Cameroun Famous People
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Rudolf Douala Manga Bell was born in 1872, and studied in Cameroontown (modern-day Douala). He was the first son of King Manga Ndumbe Bell, of the Douala people. After completing his primary education and part of his secondary school in Cameroon, he went to study at the Lycée of Aalen in Bonn (Germany) finishing secondary school. He later went on to study law at the university there.
Manga Bell married Emily Engome Dayas, the daughter of an English trader and a Douala woman after his return home in 1896. He also became a civil servant. On 2 September 1908, he succeeded to his father as Paramount Chief (Chef Supérieur) of the Bell dynasty (founded since 1792) which encompassed the Bonamandone, Bonapriso, Bonadoumbe, all owners and inhabitants of the Plateau Joss in Douala.
In those days, Douala was composed of several tribes: Bakole, Bakweri, Bamboko, Isubu (or Isuwu), Limba (or Malimba), Mungo, and Wovea. Among those chiefs, some of them including the famous King Akwa, signed a Germano-Douala treaty on 2 July 1884, which placed Cameroon under German protection. Cameroontown thus became Kamerunstadt.
In 1910, the German governor of Cameroon, Theodor Seitz, approved an urbanization project for the city of Douala (Kamerunstadt had been renamed Douala) set to turn it into one of the largest ports of Africa.
The project outlined a plan to relocate the Douala people inland from the Wouri river to allow European-only settlement of the area. Neighborhoods such as Neu Bell, Neu Akwa, and Neu Deido were to be created for the indigenous people; these new allotments were going to be separated from the ‘European city’ by a barrier 1km wide (early version of apartheid!). The expropriations affected most of the Douala clans, who were angered and formed a united front behind Manga Bell.
Rudolf Douala immediately refused, and told the Germans that the treaty signed in 1884 did not stipulate the removal/expulsion of the locals from their lands, and that this separation constituted a form of apartheid.
Manga Bell then enlisted the help of Hellmut von Gerlach, a German journalist. Gerlach managed to secure a suspension order from the Reichstag Budget Commission in March, but the order was overturned when Colonial Secretary Wilhelm Solf convinced elements of the press, businessmen in the colony, politicians, and other groups to finally rally behind the expropriation.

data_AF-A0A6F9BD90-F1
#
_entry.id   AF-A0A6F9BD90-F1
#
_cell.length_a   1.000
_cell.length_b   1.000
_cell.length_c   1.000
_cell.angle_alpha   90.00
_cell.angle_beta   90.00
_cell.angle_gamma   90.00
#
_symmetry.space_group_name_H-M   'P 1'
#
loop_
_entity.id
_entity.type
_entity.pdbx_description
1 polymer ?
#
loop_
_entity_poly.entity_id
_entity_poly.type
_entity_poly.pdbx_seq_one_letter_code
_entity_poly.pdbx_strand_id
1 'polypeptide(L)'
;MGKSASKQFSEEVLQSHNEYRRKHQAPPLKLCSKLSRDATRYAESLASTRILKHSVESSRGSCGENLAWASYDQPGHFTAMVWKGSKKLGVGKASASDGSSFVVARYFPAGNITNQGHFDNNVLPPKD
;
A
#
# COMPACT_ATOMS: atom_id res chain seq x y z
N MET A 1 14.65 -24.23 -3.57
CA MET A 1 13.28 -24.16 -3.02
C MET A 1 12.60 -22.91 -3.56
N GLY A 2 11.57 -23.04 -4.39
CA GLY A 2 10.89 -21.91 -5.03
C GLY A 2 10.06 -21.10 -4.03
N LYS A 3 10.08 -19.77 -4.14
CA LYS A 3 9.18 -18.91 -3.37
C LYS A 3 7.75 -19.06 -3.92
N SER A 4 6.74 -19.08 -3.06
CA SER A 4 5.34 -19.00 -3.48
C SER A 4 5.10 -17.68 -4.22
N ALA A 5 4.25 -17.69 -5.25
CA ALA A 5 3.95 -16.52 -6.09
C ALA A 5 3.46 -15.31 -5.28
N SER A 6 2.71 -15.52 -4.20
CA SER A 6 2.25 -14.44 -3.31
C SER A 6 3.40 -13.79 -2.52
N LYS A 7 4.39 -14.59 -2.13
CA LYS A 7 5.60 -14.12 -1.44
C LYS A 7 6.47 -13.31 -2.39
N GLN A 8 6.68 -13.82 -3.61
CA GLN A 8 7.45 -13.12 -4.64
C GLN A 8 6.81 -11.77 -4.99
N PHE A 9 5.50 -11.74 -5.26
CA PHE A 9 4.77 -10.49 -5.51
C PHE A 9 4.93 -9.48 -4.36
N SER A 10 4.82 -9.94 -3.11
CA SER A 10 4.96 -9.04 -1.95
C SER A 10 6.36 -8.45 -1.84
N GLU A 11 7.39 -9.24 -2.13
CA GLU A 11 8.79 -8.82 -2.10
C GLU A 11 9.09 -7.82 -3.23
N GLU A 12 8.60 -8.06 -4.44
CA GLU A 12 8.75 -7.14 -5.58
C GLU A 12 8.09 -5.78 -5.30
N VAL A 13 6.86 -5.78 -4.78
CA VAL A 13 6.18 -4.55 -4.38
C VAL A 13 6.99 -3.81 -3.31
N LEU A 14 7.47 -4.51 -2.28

Manga Bell and the Douala requested permission to send envoys to Germany to plead their case, but the authorities denied them. In secret, Manga Bell sent Adolf Ngoso Din to Germany to hire a lawyer for the Douala and pursue the matter in court.
Manga Bell then turned to other European governments and to leaders of other African ethnic groups for support. His envoys to other Cameroonian leaders reached Bali, Balong, Dschang, Foumban, Ngaoundéré, Yabassi, and Yaoundé.
Charles Atangana (Karl Atangana), leader of the Ewondo and Bane peoples, kept Manga Bell’s plan secret but urged the Douala leader to reconsider. In Bulu lands on the other hand, Martin-Paul Samba agreed to contact the French for military support if Manga Bell petitioned the British. However, there is no evidence that Manga Bell ever did so.
In Foumban, Ibrahim Njoya, sultan of the Bamum people, rejected the plan and informed the Basel Mission on 27 April 1914 that Manga Bell was planning a pan-Kamerun rebellion. The missionaries alerted the Germans.
Noticing the German lack of respect of the signed law, who started removing locals from their lands, Bell allied with other chiefs of Cameroon to counter the colonial plans. During the mutiny, the Germans arrested the Douala leader and Ngoso Din on 10 May 1914 accusing him of high treason. Their trial was held on 7 August 1914. World War I had just begun, and an attack by the Allied West Africa Campaign in Kamerun was imminent; accordingly, the trial was rushed. On 8 August 1914, Rudolf Douala Manga Bell and Ngoso Din were hanged.